CBS says Les Moonves misled company about misconduct claims, won’t receive $120m severance
NEW YORK — CBS announced Monday that former chief executive Les Moonves will not receive his $120 million severance package after an investigation determined he failed to fully cooperate with an investigation into sexual misconduct allegations.
A lawyer for Moonves rejected the decision as ‘‘baseless’’ but did not say whether Moonves would formally challenge it.
Moonves was ousted in September after allegations from women who said he subjected them to mistreatment including forced oral sex, groping and retaliation if they resisted.
New York-based CBS Corp. said at the time of his departure that it had set aside $120 million in severance for him but warned that he would not get the money if the board concluded it had cause to terminate him.
A statement from the board cited Moonves’s ‘‘willful and material misfeasance, violation of company policies and breach of his contract, as well as his willful failure to cooperate fully with the company’s investigation.’’
The board did not provide details. Earlier this month, The New York Times said a draft report from the outside investigation found Moonves committed ‘‘multiple acts of serious nonconsensual sexual misconduct.’’ Citing the report, the Times said he deleted numerous text messages and was ‘‘evasive and untruthful at times.’’ The investigators have declined to comment on the details of the Times report.
Andrew Levander, an attorney for Moonves, said his client ‘‘vehemently denies any non-consensual sexual relations and cooperated extensively and fully with investigators.’’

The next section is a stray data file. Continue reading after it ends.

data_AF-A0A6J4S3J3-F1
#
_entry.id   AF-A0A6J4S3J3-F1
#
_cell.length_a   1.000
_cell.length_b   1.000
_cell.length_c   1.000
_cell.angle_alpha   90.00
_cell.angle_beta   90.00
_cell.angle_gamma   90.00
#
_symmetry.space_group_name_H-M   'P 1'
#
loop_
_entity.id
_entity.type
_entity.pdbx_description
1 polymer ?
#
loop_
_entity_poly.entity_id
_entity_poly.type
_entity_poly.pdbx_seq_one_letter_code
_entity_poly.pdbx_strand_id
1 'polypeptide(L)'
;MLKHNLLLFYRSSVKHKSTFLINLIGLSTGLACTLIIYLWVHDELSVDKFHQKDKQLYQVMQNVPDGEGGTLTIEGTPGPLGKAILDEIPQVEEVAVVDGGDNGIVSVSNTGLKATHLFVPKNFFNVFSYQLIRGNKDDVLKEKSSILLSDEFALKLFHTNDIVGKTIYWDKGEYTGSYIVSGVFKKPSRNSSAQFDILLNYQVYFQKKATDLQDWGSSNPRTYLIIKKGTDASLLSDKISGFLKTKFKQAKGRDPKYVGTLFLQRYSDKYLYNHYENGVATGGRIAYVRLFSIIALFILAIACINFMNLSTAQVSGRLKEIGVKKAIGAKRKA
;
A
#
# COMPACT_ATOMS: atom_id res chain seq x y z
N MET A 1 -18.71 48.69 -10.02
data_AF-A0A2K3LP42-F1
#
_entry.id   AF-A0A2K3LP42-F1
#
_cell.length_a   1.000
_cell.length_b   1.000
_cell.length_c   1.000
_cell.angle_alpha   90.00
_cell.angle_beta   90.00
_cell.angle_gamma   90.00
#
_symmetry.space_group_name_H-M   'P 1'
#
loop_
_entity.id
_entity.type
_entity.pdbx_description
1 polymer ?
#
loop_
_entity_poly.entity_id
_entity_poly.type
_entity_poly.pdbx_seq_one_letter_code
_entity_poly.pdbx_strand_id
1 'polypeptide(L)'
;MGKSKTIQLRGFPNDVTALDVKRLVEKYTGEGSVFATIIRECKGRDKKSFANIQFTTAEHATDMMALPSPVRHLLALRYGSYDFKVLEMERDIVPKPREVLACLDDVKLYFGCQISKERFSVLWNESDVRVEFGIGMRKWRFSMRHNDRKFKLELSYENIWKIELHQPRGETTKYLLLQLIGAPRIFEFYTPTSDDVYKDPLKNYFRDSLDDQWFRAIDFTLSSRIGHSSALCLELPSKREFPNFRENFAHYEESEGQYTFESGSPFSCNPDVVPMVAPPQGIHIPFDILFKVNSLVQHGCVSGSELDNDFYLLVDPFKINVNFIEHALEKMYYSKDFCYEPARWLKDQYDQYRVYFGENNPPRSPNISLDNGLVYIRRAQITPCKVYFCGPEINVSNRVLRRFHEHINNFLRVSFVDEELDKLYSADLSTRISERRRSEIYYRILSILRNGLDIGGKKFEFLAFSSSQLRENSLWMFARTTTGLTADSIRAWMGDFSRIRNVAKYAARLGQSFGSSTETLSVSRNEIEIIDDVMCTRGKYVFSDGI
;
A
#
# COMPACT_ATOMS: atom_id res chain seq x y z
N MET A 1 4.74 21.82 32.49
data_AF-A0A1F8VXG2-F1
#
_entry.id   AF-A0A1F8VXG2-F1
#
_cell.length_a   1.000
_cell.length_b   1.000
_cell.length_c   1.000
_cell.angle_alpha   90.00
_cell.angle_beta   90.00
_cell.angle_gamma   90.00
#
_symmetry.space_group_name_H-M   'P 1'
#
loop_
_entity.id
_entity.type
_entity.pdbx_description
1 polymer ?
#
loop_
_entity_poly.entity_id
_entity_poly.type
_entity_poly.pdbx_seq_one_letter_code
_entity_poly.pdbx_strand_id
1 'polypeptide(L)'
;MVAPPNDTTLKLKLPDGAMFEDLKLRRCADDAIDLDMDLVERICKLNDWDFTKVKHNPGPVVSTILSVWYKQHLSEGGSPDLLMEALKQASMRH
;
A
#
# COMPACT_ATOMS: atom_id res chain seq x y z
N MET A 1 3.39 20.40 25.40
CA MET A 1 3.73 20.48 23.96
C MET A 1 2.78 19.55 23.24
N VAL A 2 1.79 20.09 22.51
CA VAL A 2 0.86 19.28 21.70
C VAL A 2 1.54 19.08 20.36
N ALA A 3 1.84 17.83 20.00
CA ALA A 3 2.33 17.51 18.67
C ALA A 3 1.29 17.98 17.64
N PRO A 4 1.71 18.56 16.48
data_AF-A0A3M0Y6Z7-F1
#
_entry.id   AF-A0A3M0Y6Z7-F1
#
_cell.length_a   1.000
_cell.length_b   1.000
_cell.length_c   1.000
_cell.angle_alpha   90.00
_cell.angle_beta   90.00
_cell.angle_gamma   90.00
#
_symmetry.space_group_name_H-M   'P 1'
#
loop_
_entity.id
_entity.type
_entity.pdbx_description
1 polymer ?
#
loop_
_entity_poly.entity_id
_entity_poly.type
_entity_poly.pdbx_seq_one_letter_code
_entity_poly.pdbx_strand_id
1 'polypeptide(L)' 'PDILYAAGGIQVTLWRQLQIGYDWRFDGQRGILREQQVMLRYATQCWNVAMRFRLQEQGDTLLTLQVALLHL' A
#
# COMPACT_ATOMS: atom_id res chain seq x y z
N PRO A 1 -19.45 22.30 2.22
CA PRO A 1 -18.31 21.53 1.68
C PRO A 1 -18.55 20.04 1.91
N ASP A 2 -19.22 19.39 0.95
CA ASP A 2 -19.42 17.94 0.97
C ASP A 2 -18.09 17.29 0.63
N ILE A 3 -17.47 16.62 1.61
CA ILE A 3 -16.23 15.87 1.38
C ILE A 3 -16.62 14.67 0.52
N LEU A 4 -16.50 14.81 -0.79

‘‘The conclusions of the CBS board were foreordained and are without merit,’’ Levander said in a statement. ‘‘Consistent with the pattern of leaks that have permeated this ‘process,’ the press was informed of these baseless conclusions before Mr. Moonves, further damaging his name, reputation, career and legacy.’’
Three major figures at CBS have lost their jobs over misconduct allegations: Moonves, ‘‘60 Minutes’’ top executive Jeff Fager, and news anchor Charlie Rose.
The board said the investigators ‘‘learned of past incidents of improper and unprofessional conduct, and concluded that the company’s historical policies, practices and structures have not reflected a high institutional priority on preventing harassment and retaliation.’’
But the investigation, conducted by two outside legal firms, ‘‘also concluded that harassment and retaliation are not pervasive at CBS,’’ the board said.
The board said it has ‘‘already begun to take robust steps to improve the working environment for all employees.’’